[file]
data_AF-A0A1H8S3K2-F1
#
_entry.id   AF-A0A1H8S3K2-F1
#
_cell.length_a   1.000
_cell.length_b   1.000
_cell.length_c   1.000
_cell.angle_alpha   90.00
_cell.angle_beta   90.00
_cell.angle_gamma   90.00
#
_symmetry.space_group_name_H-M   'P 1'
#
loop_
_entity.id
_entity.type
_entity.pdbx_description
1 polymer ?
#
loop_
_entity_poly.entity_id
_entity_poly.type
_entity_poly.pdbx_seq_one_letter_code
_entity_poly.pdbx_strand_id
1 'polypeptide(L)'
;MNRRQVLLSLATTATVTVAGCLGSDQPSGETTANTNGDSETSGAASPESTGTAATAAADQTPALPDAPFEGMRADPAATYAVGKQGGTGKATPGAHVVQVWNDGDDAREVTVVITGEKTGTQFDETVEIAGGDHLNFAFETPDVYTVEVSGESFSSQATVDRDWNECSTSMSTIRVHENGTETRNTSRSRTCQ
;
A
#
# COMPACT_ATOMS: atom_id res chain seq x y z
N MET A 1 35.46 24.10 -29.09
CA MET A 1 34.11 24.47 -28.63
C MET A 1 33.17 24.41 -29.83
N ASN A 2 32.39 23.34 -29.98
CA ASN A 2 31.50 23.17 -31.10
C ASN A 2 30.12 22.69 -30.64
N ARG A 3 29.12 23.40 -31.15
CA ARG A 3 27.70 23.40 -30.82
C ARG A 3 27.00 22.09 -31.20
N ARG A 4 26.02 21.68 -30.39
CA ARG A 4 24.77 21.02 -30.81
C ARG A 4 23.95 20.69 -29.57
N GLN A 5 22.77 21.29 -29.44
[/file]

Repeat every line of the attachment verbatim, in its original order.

data_AF-A0A1H8S3K2-F1
#
_entry.id   AF-A0A1H8S3K2-F1
#
_cell.length_a   1.000
_cell.length_b   1.000
_cell.length_c   1.000
_cell.angle_alpha   90.00
_cell.angle_beta   90.00
_cell.angle_gamma   90.00
#
_symmetry.space_group_name_H-M   'P 1'
#
loop_
_entity.id
_entity.type
_entity.pdbx_description
1 polymer ?
#
loop_
_entity_poly.entity_id
_entity_poly.type
_entity_poly.pdbx_seq_one_letter_code
_entity_poly.pdbx_strand_id
1 'polypeptide(L)'
;MNRRQVLLSLATTATVTVAGCLGSDQPSGETTANTNGDSETSGAASPESTGTAATAAADQTPALPDAPFEGMRADPAATYAVGKQGGTGKATPGAHVVQVWNDGDDAREVTVVITGEKTGTQFDETVEIAGGDHLNFAFETPDVYTVEVSGESFSSQATVDRDWNECSTSMSTIRVHENGTETRNTSRSRTCQ
;
A
#
# COMPACT_ATOMS: atom_id res chain seq x y z
N MET A 1 35.46 24.10 -29.09
CA MET A 1 34.11 24.47 -28.63
C MET A 1 33.17 24.41 -29.83
N ASN A 2 32.39 23.34 -29.98
CA ASN A 2 31.50 23.17 -31.10
C ASN A 2 30.12 22.69 -30.64
N ARG A 3 29.12 23.40 -31.15
CA ARG A 3 27.70 23.40 -30.82
C ARG A 3 27.00 22.09 -31.20
N ARG A 4 26.02 21.68 -30.39
CA ARG A 4 24.77 21.02 -30.81
C ARG A 4 23.95 20.69 -29.57
N GLN A 5 22.77 21.29 -29.44